Last week Universities Minister David Willetts announced that the Office for National Statistics was working on ways to “better count students in immigration flows”. This is likely to mean publishing student migration data separately to overall migration figures, and whilst this is welcomed it simply does not go far enough – international students should not be included in the UK's net migration figures.
Including international students in the figures sends out the message that the UK is uninviting and not an attractive place to study, despite playing host to some of the world's leading universities.
This has long been the view of many manufacturers, and increasingly a number of MPs, with the Business, Innovation and Skills Select Committee’s recent report Overseas Students and Net Migration recommending that overseas students should not be included in net migration figures for domestic policy purposes.
Instead of scaring off potential talent from studying in the UK, we must become more welcoming. Until the Government’s reforms were introduced, non-EEA students were able to apply for a Tier 1 post-study work visa, allowing them two years in the UK to seek employment after their course ended. This allowed employers to access a wider pool of talent for highly skilled roles.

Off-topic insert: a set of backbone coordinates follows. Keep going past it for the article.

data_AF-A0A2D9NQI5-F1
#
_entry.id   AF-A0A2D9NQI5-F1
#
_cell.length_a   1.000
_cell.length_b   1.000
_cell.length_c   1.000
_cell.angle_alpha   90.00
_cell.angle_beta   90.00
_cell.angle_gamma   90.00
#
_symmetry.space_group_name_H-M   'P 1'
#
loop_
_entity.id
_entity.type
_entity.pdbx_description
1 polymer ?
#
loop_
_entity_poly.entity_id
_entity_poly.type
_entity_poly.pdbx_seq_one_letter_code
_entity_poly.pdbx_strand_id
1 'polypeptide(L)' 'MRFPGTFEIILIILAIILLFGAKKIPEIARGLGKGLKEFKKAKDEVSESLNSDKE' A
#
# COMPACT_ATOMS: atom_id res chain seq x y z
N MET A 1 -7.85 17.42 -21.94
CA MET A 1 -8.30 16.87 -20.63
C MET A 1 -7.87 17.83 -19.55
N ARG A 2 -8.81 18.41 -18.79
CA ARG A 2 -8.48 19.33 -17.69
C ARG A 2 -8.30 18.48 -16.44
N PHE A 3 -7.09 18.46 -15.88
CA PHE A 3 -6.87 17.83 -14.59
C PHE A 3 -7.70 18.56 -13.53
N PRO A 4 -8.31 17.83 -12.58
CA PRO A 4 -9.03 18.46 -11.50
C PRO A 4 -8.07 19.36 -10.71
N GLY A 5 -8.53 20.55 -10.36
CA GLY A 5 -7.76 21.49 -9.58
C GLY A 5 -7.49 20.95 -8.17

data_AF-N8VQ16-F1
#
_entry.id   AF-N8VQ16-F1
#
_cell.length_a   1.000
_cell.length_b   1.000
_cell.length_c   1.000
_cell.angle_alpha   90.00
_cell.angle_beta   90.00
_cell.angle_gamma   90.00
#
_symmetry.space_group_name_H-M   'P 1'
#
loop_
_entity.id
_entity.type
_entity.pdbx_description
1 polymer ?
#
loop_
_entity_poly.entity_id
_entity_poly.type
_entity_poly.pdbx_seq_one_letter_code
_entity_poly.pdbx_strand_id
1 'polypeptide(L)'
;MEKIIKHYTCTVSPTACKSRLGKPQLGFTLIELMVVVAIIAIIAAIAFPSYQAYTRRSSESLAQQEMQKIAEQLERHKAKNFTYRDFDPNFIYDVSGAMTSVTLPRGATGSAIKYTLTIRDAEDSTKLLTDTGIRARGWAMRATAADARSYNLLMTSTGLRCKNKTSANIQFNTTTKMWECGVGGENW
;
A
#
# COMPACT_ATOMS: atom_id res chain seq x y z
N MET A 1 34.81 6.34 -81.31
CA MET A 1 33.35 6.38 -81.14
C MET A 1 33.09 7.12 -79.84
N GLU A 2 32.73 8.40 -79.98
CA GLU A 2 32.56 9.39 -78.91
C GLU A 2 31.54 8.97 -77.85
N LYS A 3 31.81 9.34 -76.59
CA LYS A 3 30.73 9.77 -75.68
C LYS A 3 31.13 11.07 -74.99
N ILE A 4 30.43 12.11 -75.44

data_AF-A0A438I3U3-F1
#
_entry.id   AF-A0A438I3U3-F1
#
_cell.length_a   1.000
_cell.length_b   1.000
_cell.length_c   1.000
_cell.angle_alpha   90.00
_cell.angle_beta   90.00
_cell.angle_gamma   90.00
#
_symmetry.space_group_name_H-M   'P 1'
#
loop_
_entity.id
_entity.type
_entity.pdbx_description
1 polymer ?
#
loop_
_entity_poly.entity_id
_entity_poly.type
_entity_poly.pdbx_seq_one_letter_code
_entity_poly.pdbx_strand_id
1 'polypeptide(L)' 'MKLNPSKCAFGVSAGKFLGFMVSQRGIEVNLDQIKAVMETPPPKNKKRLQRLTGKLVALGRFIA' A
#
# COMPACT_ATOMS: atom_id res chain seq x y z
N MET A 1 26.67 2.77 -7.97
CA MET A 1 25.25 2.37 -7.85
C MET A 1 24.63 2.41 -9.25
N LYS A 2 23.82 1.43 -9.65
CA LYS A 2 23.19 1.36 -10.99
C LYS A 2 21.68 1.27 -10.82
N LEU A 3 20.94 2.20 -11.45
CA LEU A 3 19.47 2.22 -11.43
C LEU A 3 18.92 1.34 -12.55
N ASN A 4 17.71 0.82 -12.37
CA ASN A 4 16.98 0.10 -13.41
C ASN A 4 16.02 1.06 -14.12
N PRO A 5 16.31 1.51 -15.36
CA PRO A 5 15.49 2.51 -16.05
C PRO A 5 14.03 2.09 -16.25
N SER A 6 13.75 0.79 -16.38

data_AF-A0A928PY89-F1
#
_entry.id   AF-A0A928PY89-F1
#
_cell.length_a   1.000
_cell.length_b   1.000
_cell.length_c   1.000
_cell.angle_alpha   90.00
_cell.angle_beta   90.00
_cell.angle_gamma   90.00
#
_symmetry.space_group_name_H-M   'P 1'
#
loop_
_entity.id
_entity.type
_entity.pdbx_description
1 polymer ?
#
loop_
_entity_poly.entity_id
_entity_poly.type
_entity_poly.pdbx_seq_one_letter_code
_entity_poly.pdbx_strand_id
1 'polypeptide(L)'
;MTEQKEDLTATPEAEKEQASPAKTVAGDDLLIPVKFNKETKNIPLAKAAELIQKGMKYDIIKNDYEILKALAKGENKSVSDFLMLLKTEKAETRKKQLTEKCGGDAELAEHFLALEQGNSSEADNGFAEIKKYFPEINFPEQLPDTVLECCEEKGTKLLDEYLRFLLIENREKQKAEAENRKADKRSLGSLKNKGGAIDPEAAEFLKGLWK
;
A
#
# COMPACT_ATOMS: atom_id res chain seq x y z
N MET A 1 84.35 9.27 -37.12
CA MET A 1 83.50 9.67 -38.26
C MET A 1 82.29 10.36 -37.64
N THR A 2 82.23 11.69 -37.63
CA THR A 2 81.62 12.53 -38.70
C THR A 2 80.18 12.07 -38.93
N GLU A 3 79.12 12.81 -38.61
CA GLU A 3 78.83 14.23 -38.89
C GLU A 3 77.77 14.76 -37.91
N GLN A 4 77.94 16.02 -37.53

Now, following the Government's decision to abolish the route, overseas students have little option but to return to their residing country, or attempt to switch from Tier 4 and obtain a visa under Tier 2 General.
Reforms to the migration system have become so strict and rigid that international students barely stand a chance of staying in the UK after completing their studies. Only graduates who have a highly skilled job offer from a licensed sponsor under Tier 2 are able to stay and work in the UK, and bearing in mind their Tier 4 (student) visa will expire four months after the course has ended, this leaves them with little time to secure a job.
On top of this, Tier 2 is subject to even more rules and criteria, a graduate must have a job offer of at least £20,000, or more in specific occupations, and the sponsoring employer would have already been accredited by the UKBA.
Such a complex format is likely to result in the UK losing some of its best international talent to competing countries, damaging the UK’s reputation as a global leader in education.
If the Government is serious about attracting the best and brightest, then it should reintroduce the Tier 1 post-study work route. The argument to abolish the route was that it was subject to widespread abuse; however the Government has introduced various measures to tackle such abuse.
And non-EEA students should not be included in the UK’s net migration figures, as they simply do not enter the UK permanently.
If the post-study work route is reintroduced then, at the point the migrant secures employment would be included in the figures, but only at this point and not before.
We know that the UK is facing a real skills shortage, with manufacturers in particular struggling to recruit employees with the skills they need to grow, instead of closing the talent pool, we should be opening it and we can start to achieve this by making it easier to recruit international students who can make a significant contribution to businesses and the wider economy.